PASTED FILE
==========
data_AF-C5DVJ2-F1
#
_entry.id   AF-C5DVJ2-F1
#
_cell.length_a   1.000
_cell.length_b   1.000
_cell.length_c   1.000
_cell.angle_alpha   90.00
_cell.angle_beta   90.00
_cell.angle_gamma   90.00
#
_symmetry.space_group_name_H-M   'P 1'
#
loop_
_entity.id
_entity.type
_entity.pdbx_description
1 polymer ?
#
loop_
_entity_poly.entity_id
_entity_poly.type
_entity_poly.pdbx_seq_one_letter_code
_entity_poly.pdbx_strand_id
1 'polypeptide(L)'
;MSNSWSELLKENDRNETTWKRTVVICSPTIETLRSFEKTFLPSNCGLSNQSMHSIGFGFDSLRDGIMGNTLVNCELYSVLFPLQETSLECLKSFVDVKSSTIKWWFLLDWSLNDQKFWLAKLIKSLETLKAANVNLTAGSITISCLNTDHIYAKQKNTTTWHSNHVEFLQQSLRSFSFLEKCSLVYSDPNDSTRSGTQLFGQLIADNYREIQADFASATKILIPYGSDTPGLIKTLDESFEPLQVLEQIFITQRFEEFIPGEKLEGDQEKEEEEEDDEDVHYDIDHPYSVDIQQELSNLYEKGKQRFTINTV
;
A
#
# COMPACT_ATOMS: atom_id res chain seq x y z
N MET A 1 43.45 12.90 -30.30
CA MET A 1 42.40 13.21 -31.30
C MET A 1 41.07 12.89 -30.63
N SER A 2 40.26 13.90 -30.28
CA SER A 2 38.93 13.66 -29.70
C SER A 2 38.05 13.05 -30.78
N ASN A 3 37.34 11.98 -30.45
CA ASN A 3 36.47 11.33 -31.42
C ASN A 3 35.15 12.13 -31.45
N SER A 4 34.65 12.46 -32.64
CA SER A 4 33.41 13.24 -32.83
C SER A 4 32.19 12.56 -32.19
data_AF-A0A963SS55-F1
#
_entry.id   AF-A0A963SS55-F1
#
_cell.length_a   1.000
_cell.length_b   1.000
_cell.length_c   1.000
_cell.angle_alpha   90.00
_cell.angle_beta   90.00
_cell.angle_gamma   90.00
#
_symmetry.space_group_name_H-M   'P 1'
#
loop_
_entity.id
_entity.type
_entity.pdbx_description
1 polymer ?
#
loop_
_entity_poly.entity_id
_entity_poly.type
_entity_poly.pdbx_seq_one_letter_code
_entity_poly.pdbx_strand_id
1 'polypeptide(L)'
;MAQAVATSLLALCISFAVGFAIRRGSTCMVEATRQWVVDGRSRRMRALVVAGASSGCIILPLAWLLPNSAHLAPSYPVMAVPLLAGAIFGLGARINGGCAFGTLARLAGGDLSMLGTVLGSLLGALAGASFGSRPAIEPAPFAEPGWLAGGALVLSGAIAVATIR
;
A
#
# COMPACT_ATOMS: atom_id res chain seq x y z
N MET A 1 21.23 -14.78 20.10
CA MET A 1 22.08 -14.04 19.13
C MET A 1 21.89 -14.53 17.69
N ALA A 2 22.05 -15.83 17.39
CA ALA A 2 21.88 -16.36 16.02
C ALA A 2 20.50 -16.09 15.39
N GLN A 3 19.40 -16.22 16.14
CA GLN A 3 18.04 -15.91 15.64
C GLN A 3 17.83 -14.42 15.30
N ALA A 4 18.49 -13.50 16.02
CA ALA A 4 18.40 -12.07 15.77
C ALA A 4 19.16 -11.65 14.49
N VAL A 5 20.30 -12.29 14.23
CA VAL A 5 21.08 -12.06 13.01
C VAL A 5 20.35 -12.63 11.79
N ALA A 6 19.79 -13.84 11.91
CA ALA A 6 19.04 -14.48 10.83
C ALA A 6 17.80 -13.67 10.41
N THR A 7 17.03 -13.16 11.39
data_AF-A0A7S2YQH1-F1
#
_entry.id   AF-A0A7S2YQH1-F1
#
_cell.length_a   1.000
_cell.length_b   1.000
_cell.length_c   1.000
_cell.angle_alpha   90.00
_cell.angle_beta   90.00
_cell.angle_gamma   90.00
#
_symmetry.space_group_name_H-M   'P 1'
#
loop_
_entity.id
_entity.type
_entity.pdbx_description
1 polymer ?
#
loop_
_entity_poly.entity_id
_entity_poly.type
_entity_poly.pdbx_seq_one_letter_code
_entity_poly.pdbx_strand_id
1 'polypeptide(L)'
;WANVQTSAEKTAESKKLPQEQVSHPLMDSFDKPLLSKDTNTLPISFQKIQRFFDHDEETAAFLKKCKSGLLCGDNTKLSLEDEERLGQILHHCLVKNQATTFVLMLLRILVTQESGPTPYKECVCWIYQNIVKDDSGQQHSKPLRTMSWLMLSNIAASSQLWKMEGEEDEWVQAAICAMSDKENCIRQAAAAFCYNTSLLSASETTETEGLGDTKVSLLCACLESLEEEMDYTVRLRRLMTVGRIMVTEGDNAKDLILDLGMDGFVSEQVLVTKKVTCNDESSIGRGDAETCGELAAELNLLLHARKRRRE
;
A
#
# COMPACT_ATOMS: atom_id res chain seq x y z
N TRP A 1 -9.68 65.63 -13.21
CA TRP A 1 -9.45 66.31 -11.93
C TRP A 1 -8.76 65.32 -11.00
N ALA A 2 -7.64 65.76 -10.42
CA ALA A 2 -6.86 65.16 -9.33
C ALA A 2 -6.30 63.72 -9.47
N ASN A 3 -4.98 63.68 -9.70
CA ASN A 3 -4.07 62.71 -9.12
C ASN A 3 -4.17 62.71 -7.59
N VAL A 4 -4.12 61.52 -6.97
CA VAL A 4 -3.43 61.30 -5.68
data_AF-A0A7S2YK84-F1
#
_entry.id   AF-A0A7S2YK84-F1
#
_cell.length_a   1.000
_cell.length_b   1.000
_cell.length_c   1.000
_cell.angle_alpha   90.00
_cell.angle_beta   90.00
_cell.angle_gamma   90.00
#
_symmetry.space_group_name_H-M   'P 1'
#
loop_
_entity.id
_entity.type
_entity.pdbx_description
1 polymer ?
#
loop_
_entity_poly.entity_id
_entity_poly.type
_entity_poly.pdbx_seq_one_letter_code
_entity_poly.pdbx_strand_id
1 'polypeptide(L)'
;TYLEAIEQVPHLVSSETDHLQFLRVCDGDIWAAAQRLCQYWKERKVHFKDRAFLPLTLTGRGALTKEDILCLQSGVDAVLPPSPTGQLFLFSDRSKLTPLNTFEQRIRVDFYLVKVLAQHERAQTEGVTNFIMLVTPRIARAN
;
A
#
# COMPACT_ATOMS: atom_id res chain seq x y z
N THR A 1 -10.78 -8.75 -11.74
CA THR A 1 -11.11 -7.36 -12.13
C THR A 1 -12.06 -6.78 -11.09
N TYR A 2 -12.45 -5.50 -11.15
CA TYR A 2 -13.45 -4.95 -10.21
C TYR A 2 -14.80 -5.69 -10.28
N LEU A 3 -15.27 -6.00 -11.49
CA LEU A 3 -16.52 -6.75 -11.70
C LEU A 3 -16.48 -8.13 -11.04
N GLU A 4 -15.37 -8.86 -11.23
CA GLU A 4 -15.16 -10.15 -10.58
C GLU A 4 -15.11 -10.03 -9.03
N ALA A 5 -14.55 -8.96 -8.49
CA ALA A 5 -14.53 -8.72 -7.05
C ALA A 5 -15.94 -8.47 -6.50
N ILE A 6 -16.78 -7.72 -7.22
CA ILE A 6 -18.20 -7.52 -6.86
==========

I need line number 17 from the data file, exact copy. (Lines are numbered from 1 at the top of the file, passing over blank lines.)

_entity.pdbx_description